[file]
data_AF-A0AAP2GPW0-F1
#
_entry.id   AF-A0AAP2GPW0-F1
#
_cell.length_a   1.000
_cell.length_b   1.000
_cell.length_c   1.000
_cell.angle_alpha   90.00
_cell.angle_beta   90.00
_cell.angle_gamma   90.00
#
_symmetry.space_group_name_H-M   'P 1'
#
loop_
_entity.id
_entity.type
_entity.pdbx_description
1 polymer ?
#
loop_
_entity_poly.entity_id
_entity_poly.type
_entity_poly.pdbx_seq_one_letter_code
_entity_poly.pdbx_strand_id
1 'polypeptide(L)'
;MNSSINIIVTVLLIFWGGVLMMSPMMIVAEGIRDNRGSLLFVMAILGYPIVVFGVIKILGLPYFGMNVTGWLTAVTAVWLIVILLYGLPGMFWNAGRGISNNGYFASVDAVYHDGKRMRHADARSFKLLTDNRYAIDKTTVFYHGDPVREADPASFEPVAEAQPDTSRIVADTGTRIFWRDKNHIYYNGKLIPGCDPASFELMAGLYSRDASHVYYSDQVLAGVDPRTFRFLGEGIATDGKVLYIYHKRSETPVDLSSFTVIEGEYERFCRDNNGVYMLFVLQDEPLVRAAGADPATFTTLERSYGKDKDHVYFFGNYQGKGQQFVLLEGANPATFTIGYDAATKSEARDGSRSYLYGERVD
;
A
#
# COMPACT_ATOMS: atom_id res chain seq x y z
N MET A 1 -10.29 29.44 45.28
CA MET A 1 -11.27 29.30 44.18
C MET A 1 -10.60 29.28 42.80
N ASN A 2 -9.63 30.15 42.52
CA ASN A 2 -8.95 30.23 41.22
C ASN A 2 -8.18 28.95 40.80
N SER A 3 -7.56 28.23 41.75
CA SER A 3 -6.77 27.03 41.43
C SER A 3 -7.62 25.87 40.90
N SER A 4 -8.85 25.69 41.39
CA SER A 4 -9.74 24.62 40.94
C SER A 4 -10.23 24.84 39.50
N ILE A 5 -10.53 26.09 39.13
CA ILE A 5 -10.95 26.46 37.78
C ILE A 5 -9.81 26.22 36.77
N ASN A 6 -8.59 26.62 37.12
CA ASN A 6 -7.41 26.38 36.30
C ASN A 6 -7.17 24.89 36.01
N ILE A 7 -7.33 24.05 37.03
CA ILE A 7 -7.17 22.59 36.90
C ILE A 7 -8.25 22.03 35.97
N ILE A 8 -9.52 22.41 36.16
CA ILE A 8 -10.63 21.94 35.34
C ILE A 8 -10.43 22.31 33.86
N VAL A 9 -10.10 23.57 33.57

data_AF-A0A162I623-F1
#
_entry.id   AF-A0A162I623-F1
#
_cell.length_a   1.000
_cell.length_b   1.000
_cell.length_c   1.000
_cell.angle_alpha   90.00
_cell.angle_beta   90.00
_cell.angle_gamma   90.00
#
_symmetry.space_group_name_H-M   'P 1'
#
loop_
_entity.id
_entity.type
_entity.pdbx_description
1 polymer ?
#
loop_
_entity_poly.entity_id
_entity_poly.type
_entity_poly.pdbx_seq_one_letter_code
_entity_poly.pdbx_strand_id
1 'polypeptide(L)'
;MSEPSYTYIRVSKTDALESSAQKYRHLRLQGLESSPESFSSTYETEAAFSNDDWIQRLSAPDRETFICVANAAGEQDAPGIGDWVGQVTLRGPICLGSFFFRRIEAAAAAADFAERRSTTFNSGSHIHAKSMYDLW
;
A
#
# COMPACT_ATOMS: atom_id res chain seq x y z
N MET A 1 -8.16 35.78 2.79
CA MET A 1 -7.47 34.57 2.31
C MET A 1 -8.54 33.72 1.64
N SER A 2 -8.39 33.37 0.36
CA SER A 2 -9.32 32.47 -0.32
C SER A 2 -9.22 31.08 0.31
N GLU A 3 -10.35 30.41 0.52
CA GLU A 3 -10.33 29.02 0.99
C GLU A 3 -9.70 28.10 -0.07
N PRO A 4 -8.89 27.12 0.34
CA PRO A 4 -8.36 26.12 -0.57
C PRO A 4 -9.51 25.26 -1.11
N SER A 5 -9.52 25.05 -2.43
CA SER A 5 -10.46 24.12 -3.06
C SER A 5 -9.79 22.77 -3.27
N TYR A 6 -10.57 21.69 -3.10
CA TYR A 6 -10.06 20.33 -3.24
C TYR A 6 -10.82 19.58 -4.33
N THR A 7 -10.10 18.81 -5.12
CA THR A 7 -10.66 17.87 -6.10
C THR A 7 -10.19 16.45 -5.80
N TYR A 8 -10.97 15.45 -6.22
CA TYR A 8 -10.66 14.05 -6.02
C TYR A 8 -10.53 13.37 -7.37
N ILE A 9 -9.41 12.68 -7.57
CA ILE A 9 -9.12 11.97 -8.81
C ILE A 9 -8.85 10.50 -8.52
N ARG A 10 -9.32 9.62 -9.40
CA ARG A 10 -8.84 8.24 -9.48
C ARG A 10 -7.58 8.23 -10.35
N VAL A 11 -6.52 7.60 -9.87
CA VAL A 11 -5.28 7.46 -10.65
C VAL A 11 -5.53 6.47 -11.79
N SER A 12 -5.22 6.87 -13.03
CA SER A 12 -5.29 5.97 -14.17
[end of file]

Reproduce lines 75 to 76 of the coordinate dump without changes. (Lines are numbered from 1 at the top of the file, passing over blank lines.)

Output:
loop_
_entity_poly.entity_id